Our game: IFAF approves Canadian rules for international competitions

Photo courtesy: Football Canada

The International Federation of American Football (IFAF), the international body responsible for gridiron football, has approved Canadian football rules in international competitions, it was announced on Monday.

“We are thrilled that IFAF recognizes 12-player football supporting the current international tackle rules,” said Football Canada president and IFAF general secretary Jim Mullin in a statement.

“As Football Canada continues to work with IFAF, I believe this opens the door for international friendlies and tournaments to be staged in Canada employing the infrastructure communities have invested in for our sport from coast to coast.”

The Canadian amateur football rule book can now be used for international competitions sanctioned by IFAF. It will not replace the IFAF rule book, nor will it be a path for continental or World Championship qualification.

“The Canadian development model of the sport is an example for all nations within the IFAF to learn best practices,” said IFAF president Pierre Trochet. “This is another step to take advantage of the culture and expertise in one of our leading football nations to grow our sport worldwide and provide more competition opportunities.”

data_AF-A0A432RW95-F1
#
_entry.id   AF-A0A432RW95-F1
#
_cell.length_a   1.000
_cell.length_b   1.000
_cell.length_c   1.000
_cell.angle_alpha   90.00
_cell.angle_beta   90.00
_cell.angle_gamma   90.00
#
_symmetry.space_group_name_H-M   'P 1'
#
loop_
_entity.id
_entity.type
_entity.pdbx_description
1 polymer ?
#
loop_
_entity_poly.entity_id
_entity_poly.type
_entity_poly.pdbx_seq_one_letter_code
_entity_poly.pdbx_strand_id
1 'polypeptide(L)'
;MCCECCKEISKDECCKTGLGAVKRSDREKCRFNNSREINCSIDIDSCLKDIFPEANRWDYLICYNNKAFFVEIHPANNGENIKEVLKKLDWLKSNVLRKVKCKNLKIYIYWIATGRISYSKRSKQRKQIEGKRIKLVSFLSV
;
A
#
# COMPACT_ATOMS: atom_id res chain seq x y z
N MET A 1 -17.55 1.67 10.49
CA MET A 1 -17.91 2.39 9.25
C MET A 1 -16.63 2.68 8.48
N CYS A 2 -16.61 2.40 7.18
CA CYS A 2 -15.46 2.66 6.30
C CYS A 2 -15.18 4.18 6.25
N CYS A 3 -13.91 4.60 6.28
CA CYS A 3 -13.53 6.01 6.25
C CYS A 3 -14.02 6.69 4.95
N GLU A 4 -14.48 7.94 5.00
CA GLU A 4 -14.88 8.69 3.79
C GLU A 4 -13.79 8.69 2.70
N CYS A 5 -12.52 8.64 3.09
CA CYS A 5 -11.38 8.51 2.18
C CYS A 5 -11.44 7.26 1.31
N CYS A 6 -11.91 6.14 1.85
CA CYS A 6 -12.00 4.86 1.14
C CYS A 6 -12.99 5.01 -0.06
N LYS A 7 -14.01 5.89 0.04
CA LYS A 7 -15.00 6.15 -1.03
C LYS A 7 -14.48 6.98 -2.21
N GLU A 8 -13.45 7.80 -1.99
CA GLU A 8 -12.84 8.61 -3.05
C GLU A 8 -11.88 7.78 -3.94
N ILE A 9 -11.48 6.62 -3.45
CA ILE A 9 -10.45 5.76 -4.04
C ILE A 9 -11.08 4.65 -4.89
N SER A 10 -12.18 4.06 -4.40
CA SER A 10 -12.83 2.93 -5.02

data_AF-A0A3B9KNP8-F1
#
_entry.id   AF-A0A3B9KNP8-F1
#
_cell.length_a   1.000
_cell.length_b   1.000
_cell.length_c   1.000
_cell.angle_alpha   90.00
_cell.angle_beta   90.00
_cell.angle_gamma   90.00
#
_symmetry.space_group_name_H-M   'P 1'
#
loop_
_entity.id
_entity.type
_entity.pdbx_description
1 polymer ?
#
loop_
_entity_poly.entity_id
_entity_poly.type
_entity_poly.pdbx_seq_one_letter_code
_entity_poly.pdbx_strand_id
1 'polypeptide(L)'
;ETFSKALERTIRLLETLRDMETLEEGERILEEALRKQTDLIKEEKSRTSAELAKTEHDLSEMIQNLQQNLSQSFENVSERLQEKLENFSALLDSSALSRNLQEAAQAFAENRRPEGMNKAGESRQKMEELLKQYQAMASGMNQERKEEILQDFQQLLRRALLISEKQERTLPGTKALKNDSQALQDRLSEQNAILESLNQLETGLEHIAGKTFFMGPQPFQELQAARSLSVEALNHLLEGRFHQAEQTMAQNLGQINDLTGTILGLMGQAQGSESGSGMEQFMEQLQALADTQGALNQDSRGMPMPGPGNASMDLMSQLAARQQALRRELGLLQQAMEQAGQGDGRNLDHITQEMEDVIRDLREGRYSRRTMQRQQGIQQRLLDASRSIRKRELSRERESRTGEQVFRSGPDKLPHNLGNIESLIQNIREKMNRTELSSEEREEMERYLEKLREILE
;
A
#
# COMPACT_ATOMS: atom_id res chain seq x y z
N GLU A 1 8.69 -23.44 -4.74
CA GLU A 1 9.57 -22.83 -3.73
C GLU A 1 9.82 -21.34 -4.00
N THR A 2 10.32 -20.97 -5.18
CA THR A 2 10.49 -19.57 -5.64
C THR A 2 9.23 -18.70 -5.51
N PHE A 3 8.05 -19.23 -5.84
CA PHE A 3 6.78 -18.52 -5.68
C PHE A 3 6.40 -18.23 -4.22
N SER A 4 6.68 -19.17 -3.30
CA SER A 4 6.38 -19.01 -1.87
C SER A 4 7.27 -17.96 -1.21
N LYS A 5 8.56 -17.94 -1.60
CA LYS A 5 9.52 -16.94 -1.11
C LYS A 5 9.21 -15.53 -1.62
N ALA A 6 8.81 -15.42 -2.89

The Canadian ruleset will now be available to all nations through various IFAF platforms. It features 12 players per side, three downs, the waggle, the rouge, a five-yard halo on punt returns, fields 110 yards long and 65 yards wide, goal posts on the goal line, and 20-yard end zones. A rule variant allows for four downs to be used if desired.

Javier L’Episcopo, the IFAF Americas chairperson, views this as a chance to build stronger regional links and events.

“We are pleased that this opens the opportunity to play more international and university club games in quality facilities across Canada” said L’Episcopo. “More competition can grow the sport throughout the continent.”

The first documented football game was played on Nov. 9, 1861 at the University of Toronto’s University College. The Canadian football rulebook has existed in some capacity since the 1880s.

In 1903, the Burnside rules transformed Canadian football from a rugby-style game to the gridiron-style game it has evolved into today. Hec Crighton, an official and member of the Canadian Football Hall of Fame, drafted and edited the first Canadian amateur rulebook for use by Canadian universities in 1965. Football Canada has since been responsible for its development.

“As a proud Canadian, I can’t wait for us to invite the world to play our great game,” said Mullin. “This is a great day for international and Canadian football.”